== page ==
Share Sleuth’s notepad: A twice in a lifetime investment opportunity
Mathematician Kerry Balenthiran says a 17.6 year bear market is entering its final phase. It will be followed by a 17.6 year bull market.
Despite its precision Kerry Balenthiran is not the first to propose a 17.6 year stock market cycle. He’s not even the second. But he’s confirmed cycles identified by other analysts and elaborated on them to identify 2.2 year sub-cycles.
Balenthiran concludes the stock market follows the 17-18 year commodity bull markets identified and popularised by trader Jim Roger’s writings. Rising commodity prices fuelled by demand reduce corporate profits, while falling commodity prices fuelled by over-supply, increase profits. Other business fundamentals may have an effect and human psychology does the rest, exaggerating the impact of higher or lower expectations for profit on share prices to create 17.6 year bull and bear markets.
“As we can’t change human nature,” says Balenthiran, “It is likely that the behaviour patterns of the past will continue into the future.”
According to the Balenthiran Cycle a 17.6 year bull market consists of three four to five year uptrends punctuated by two mid-cycle corrections lasting approximately two years. A bear market also has bullish periods of approximately 4.4 years and much sharper crashes lasting 2.2 years, typically.
Absolute highs and lows can occur at any point in an uptrend, mania, downtrend or crash and Balenthiran says nothing about the magnitude of price changes, so traders hoping to bet on specific market movements are unlikely to find much use for the Balenthiran Cycle. Extrapolated back to the Great Depression for example, the cycle identified a bear period ending in 1931. The low was in 1932 and was 50% lower.
Balenthiran identified his cycle and retrofitted it into the Dow Jones Industrial Average index to demonstrate its repetitiveness through trial and error, allowing plenty of scope for quibbling about where exactly particular bull and bear markets start.
Imprecision may be construed as a weakness but it’s reality. History repeats but not exactly. The cycle may be sufficient to provide a road map to the future but not to give us sat-nav like accuracy about when exactly we need to turn.
With that caveat in mind, Balenthiran predicts the final significant low of the current bear market will happen this year, 2013 and after a period of volatility in which the market could rise somewhat, the next bull market will start in 2018. The 2013 low, he says, “Represents a great opportunity to start building long positions for the next 23 years – five remaining years of the bear market 18 years of the bull market.”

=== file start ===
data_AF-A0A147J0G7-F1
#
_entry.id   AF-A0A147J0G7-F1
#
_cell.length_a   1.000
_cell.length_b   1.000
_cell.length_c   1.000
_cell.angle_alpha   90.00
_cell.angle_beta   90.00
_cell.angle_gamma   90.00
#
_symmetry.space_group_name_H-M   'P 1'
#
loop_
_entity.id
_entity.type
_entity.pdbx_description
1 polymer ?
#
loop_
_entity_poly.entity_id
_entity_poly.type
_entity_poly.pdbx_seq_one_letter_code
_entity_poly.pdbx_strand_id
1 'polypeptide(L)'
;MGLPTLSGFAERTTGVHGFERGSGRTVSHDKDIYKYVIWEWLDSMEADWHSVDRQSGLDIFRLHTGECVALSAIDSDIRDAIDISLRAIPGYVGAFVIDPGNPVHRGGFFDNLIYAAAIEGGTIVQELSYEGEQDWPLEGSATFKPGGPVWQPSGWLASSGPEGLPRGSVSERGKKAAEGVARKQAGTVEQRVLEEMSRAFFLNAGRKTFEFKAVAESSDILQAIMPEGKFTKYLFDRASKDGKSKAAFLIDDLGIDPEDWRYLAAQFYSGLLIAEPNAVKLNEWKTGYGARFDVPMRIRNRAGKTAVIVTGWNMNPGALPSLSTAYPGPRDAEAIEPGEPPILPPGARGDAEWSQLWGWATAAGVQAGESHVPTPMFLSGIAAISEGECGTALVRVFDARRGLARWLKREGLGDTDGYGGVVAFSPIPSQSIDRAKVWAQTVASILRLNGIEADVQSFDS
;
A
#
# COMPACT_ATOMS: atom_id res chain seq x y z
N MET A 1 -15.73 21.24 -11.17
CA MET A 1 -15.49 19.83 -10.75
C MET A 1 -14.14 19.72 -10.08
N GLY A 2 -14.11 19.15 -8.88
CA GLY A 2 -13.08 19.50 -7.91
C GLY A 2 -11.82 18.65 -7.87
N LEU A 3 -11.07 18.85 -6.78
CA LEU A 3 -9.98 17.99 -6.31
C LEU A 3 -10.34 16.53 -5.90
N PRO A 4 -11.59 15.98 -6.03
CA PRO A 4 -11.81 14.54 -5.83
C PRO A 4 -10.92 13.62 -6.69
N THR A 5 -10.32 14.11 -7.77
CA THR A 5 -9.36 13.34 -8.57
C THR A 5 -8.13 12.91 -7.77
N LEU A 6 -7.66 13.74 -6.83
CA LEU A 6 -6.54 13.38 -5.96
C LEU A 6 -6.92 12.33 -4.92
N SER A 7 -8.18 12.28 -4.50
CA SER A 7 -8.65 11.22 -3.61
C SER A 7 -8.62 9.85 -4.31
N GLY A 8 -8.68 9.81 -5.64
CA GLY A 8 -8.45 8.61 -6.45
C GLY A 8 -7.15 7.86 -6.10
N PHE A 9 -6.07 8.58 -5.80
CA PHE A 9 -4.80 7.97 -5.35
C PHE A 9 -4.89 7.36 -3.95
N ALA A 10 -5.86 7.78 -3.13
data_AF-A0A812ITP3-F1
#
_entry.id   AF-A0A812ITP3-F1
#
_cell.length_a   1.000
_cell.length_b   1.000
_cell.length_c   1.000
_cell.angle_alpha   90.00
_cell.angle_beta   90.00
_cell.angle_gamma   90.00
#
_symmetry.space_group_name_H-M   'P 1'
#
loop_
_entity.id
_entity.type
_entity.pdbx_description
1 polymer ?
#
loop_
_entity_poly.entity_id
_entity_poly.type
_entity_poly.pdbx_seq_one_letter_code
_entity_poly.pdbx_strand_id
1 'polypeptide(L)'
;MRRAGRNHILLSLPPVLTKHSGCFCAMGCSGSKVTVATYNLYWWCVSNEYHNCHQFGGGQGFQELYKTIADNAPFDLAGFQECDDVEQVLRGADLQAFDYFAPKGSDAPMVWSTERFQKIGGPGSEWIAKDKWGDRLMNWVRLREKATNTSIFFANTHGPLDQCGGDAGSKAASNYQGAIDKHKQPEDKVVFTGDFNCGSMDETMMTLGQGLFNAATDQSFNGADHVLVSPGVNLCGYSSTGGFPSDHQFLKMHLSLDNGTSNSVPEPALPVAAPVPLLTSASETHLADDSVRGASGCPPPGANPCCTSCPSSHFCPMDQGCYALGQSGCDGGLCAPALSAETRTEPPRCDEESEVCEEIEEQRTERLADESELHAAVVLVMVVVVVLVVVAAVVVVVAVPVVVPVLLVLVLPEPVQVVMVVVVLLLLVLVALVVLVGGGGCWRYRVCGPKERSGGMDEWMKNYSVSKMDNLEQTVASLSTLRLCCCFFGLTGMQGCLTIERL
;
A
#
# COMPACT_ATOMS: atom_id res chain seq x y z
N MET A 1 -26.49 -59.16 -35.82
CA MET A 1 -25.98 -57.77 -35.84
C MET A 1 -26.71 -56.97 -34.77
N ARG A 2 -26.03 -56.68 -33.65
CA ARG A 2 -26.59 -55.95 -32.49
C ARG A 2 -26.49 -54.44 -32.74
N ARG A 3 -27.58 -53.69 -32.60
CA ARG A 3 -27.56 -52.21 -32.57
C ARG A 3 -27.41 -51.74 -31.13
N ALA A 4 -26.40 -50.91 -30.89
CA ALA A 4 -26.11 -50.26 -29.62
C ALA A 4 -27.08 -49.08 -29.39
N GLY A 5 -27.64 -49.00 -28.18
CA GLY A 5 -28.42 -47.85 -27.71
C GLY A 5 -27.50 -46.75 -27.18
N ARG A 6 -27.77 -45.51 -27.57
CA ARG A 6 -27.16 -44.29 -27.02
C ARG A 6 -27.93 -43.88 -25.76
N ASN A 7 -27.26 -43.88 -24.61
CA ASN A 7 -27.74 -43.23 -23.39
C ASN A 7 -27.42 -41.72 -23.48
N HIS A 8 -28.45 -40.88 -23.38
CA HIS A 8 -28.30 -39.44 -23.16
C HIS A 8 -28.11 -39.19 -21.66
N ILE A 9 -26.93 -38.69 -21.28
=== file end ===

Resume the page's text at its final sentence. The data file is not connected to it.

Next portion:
To trade an 18 year bear market Balenthiran suggests a value approach focused on earnings, dividends and cash flows and trimming share portfolios to adjust to the circumstances. Hold more cash in bearish phases and be fully invested in bullish phases. To trade the 18 year bull market he advocates buying and holding companies that are expected to grow strongly, as these expectations power the bull market and ultimately bring it crashing to an end.
From 2018, the 17.6 year bull market and the 17.6 year bear market are detailed in the book, but you can work out much of it yourself if you add 4.4 years for each of the the bull phases and 2.2 years for the intermediate corrections. Just remember the magnitude and precise timing of each shift is unknown.
Happily the next bull market ends in 2035, near my 69th birthday and, I imagine, semi-retirement. By that time Balenthiran predicts the Dow might reach 100,000 based on the scale of previous bull markets. I can’t think of a better time.
There’s a tendency among value investors to dismiss technical analysis as astronomers might dismiss astrology, but in identifying cycles powered by business fundamentals and psychology Balenthiran is channelling respected names in finance and economics, Keynes, Shiller, and Soros, for example, as well as heroes of cycle theory like Kondratieff.
I think the value discipline is the most effective method of asset allocation and hold cash only when I can’t find suitable investments so I won’t use the Balenthiran model to determine what I invest in. But I have no doubt these cycles exist even if their durations and start and end points are slightly more variable than the book’s very precise title implies.
The 17.6 Year Stock Market Cycle is a relatively slight book because it contains so few wasted words. I enjoyed the brief tours of cycle theory and stock market history and take some comfort from the conclusions Kerry Balenthiran draws.
The future, in terms of share prices, is likely to be much like the past.
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